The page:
Location, condition, or value. May be abstract.

The Locus may be a part of another scene argument: part of a figure whose static orientation is described, or a focal part of a ground where contact with the figure occurs:1

  • She was lying on her back. 010

  • She kissed me on the cheek. 011

  • I want to punch you in the face. 012

Words that incorporate a kind of reference point are Locus even without an overt object:

Locus also applies to in, out, off, away, back, etc. when used to describe a location without an overt object:

And to around meaning ‘nearby’ or ‘in the area’:

In a phenomenon called fictive motion (Talmy, 1996), dynamic language may be used to describe static scenes. We use construal for these:

Construal is also used for prepositions licensed by scalar adjectives of distance, #029, and prepositions used with a cardinal direction, #031:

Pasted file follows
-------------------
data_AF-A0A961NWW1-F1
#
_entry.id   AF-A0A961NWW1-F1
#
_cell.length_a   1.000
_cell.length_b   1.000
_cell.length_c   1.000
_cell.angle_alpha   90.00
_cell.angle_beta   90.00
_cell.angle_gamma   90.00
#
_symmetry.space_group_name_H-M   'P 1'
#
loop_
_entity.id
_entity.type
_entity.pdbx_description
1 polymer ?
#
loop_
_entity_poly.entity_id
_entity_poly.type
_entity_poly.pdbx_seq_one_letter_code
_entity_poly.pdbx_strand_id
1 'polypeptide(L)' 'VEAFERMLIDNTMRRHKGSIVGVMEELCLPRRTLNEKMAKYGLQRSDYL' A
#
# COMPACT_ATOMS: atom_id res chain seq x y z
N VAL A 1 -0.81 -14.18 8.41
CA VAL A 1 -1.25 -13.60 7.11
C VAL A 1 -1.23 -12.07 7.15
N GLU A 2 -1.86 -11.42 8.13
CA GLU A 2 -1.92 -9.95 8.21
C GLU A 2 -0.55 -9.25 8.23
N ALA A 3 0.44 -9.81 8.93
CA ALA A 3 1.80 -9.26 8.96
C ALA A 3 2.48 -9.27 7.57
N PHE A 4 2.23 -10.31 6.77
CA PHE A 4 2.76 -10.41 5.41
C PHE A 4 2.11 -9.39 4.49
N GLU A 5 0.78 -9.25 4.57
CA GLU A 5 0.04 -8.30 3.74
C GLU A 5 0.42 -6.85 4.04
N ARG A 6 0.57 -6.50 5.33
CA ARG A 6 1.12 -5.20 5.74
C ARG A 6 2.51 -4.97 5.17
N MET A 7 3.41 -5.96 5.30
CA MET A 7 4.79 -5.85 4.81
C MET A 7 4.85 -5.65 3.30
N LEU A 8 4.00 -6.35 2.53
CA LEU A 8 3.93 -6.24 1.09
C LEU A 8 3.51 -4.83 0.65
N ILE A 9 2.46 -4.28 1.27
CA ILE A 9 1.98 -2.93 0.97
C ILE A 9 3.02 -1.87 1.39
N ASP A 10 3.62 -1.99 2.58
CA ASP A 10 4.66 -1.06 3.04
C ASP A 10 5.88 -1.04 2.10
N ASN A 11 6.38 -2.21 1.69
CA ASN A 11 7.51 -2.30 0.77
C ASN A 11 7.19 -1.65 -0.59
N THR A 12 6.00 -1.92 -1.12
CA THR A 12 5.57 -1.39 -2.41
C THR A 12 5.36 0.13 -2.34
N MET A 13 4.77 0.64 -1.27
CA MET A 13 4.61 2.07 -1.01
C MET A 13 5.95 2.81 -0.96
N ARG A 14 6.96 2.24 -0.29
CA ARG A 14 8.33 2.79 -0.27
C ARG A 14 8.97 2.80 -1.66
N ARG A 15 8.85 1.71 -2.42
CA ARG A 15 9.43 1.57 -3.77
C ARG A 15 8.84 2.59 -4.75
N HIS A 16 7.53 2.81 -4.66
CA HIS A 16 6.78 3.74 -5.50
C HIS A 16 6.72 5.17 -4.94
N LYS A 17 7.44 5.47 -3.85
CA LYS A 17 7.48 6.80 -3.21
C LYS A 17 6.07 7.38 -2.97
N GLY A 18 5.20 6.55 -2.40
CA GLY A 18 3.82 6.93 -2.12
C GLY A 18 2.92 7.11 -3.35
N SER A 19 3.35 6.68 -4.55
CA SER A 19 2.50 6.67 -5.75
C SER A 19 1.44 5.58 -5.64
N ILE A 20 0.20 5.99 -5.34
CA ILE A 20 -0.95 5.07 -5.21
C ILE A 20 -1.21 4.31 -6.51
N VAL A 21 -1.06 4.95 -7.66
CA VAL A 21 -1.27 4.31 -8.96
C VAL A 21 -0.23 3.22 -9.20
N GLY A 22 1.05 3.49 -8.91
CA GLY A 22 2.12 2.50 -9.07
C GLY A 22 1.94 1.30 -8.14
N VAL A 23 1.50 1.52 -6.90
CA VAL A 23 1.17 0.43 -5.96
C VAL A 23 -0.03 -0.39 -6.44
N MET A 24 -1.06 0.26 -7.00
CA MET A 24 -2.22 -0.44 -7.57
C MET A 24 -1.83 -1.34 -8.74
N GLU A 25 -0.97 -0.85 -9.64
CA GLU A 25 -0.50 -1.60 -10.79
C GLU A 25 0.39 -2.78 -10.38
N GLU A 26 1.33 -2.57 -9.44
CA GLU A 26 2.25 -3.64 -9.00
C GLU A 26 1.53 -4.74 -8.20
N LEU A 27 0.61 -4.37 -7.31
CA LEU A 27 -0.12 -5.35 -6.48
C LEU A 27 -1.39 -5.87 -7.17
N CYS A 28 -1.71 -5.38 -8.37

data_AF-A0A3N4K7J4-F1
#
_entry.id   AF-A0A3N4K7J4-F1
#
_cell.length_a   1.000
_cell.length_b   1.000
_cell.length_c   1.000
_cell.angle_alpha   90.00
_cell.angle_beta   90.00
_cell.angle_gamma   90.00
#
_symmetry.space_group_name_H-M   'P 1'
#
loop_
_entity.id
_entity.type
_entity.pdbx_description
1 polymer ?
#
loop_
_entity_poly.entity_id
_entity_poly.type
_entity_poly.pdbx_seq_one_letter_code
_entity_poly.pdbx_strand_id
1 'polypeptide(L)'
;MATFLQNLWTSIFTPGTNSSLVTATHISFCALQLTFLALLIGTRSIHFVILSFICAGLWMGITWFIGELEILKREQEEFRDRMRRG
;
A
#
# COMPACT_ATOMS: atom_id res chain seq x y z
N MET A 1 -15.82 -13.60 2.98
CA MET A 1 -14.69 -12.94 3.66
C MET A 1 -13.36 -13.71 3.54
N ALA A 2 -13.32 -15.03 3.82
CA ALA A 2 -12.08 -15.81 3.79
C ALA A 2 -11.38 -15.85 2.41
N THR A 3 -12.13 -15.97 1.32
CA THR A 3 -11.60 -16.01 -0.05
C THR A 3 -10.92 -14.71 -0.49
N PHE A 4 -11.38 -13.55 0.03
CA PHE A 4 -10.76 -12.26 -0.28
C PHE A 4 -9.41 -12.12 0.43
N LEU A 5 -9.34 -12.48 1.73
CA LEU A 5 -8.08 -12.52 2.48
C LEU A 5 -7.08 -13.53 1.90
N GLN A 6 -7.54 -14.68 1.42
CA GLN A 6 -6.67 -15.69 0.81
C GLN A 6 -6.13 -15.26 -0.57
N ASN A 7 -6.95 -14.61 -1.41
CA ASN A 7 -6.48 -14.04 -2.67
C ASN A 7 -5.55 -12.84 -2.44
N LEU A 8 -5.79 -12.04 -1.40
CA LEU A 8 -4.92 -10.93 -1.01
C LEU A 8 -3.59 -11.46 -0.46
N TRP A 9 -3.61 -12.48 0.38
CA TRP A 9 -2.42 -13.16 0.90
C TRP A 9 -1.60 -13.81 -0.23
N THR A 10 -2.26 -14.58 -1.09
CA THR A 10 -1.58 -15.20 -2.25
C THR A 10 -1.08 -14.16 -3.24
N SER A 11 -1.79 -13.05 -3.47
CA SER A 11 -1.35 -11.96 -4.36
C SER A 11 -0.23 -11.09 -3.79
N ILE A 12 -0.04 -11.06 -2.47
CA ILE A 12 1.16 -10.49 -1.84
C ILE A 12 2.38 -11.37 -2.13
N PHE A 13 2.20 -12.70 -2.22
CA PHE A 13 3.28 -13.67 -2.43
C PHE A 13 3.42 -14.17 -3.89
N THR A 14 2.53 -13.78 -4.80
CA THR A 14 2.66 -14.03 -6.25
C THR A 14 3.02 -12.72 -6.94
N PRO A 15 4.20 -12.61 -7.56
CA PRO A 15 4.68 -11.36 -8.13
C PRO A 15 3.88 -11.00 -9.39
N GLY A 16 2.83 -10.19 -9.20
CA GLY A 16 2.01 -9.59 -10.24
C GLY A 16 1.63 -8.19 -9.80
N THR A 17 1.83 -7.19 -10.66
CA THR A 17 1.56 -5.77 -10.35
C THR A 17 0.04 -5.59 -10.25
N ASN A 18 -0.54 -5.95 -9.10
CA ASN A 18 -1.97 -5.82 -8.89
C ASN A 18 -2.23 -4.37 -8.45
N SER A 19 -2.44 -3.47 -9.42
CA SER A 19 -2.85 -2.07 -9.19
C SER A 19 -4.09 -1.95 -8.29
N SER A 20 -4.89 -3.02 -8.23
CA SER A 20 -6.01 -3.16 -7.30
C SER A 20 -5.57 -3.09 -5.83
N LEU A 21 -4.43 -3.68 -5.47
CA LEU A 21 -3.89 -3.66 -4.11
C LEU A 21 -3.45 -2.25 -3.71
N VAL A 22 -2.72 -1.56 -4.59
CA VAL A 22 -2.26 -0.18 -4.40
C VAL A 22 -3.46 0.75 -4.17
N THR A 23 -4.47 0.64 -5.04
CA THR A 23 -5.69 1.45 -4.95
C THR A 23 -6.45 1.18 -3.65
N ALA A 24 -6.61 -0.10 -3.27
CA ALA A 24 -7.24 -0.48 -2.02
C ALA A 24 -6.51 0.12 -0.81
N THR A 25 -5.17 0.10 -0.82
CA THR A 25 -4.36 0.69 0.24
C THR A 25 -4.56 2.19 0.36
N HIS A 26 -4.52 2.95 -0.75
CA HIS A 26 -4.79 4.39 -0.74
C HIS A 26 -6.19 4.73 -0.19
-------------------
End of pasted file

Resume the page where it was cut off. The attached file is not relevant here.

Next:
See also LocusDirection for static distance measurements, described under Direction.

Qualitative states are analyzed as MannerLocus, as described under Manner.

  1. PartPortion was considered but rejected for these cases. Instead we assume the verb semantics would stipulate that it licenses a Theme as well as a (core) Locus which must be a part of that Theme

  2. The scene establishes a static spatial arrangement of John, Mary, and the window/fence, with only metaphorical motion. Yet this is a non-prototypical Locus: it cannot be questioned with Where?, for example. Moreover, we understand from the scene that the object of the preposition is something with respect to which the viewer is navigating in order to see without obstruction. 

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Supercategory: Circumstance